Data protection regulators across Europe are conscious of the challenge posed by the emerging internet of things, Ireland’s Data Protection Commissioner Helen Dixon has said.
The internet of things (IoT) heralds a world where billions of devices and sensors connected to the internet will also be potentially gathering data about our every move, ostensibly to make our lives better.
In tandem with the onset of big data being used by firms to gain better insights on customers in order to drive higher profits, she said that the growing data-centric world presents a challenge that regulators are keen to get to grips with.
The number of IoT connected devices in the world is predicted to number 38.5bn by 2020 — up from 13.4bn in 2015 — a rise of more than 285pc, according to Juniper Research.
This is an area where Ireland, in particular, is staking its territory, with significant investments in IoT R&D by players like Intel, EMC and Vodafone, to name a few.
Helen Dixon is overseeing a near doubling of the Data Protection Commissioner’s budget in 2015 from €1.8m to €3.6m, an increase in headcount from 29 to 50 by September and the opening of a new office in Dublin in 2015. And Dixon believes that she, and other regulators across Europe, will require even more resources to deal with a growing workload in a data-centric world.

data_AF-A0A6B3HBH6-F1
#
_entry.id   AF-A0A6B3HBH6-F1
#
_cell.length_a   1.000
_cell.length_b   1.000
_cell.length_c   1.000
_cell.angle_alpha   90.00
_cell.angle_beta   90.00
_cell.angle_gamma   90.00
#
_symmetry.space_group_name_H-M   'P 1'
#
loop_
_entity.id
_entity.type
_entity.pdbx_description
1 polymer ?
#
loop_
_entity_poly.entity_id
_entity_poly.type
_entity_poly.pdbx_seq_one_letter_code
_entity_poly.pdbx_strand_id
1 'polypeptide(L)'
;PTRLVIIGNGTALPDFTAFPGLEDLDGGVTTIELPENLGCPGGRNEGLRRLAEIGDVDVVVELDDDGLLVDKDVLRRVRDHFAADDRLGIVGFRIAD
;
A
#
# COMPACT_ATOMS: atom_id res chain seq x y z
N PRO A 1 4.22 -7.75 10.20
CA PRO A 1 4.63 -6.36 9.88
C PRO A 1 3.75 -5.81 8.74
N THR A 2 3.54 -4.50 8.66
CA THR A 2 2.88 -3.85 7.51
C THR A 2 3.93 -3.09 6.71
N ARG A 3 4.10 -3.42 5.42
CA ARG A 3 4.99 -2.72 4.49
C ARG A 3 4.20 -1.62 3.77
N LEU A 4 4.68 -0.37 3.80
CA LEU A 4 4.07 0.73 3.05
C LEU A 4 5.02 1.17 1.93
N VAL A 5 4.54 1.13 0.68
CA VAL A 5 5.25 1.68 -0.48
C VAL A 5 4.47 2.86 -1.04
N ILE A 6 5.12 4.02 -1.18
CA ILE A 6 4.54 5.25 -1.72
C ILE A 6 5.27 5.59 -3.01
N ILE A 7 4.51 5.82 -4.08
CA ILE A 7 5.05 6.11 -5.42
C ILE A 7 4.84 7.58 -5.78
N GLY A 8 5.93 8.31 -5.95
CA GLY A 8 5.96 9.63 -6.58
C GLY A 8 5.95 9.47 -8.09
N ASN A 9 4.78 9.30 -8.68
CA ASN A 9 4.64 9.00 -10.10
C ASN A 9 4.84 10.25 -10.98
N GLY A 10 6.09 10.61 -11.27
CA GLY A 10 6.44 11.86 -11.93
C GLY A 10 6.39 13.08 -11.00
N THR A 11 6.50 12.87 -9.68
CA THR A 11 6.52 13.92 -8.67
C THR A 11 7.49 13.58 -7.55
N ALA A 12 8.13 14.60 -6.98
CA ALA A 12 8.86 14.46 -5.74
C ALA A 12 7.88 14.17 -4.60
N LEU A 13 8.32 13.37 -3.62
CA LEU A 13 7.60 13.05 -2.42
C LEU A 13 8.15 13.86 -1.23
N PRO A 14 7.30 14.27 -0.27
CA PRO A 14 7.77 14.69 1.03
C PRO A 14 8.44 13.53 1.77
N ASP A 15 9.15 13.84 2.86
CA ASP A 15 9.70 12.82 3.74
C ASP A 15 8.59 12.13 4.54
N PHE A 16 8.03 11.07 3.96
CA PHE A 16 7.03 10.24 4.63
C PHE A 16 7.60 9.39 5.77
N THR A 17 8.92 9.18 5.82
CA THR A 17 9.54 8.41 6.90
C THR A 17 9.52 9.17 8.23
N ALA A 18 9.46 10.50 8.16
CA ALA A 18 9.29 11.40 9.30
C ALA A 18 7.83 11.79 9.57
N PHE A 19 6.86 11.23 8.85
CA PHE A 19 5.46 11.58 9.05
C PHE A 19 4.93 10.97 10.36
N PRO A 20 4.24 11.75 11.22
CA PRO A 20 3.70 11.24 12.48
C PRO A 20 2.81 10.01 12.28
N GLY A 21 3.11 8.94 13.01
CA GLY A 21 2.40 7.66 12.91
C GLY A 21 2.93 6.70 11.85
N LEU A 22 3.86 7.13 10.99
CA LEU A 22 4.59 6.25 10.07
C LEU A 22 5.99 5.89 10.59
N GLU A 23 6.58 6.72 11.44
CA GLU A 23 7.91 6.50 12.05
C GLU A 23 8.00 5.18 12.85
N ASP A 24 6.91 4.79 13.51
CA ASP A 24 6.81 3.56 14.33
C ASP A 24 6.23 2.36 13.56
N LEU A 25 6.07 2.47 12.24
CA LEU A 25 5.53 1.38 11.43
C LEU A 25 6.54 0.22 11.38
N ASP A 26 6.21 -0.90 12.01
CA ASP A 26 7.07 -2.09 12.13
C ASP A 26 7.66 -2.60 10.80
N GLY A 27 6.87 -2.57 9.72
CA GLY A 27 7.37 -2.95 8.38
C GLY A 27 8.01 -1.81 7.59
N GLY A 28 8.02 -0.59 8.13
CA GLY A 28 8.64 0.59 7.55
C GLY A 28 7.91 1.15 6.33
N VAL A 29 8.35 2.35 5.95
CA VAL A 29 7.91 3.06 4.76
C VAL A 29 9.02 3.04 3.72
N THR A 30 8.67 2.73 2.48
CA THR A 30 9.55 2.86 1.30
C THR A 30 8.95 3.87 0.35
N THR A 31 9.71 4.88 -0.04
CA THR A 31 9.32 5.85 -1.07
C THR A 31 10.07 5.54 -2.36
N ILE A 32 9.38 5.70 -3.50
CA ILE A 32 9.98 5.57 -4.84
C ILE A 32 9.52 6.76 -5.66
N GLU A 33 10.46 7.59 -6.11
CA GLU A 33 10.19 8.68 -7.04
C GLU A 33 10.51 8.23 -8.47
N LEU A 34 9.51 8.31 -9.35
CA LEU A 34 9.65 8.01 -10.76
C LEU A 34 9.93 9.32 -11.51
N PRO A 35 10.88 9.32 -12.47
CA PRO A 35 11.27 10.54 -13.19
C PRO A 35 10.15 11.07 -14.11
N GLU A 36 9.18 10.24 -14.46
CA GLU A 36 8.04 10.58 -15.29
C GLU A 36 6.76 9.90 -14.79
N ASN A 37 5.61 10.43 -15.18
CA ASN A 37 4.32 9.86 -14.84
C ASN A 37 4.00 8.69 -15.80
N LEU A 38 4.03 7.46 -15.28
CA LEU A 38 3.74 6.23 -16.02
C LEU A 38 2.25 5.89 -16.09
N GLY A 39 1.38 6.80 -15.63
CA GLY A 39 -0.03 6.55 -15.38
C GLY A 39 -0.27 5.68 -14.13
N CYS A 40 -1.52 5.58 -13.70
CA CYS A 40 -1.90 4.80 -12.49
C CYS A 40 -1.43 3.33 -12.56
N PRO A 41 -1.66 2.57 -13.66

“We all know the statistics and projections in terms of the number of sensor-based devices we are going to have in five or 10 years’ time. Big data and the internet of things are areas of significant concern for regulators,” Dixon said.
“The traditional methods we’ve had for examining how companies are delivering transparency to users in terms of warnings on the interface you are using, privacy policies, they won’t simply apply in these sensor-based devices.
“We are working with co-regulators in Europe and globally, examining the issues, looking at what pragmatic solutions are for device manufacturers and all of the players involved in delivering smart devices.”
It’s a tall order when you consider IoT brings together device makers, mobile operators, cloud providers and a whole panoply of entrepreneurs and makers who want to create the products and services of the future.
In many ways, IoT transforms today’s manufacturers into tomorrow’s service providers.
“We will examine what role each of those can play in terms of providing innovative solutions in terms of the kind of data that is protected.”
Internet of things and big data, not big brother
Dixon said that a similar battle is being waged in terms of big data, which is already more present in the business world than internet of things sensors are.
“In terms of big data and the combining of data, this is something that we are looking at with the companies we regulate.
“We want to make sure that any combining of data is lawful and that the user is put on reasonable notice and given an informed version of consent in terms of what they are signing up to.
“It’s a big issue, a big concern, but it is something that we are trying to deal with on the ground in terms of the companies that we are regulating.”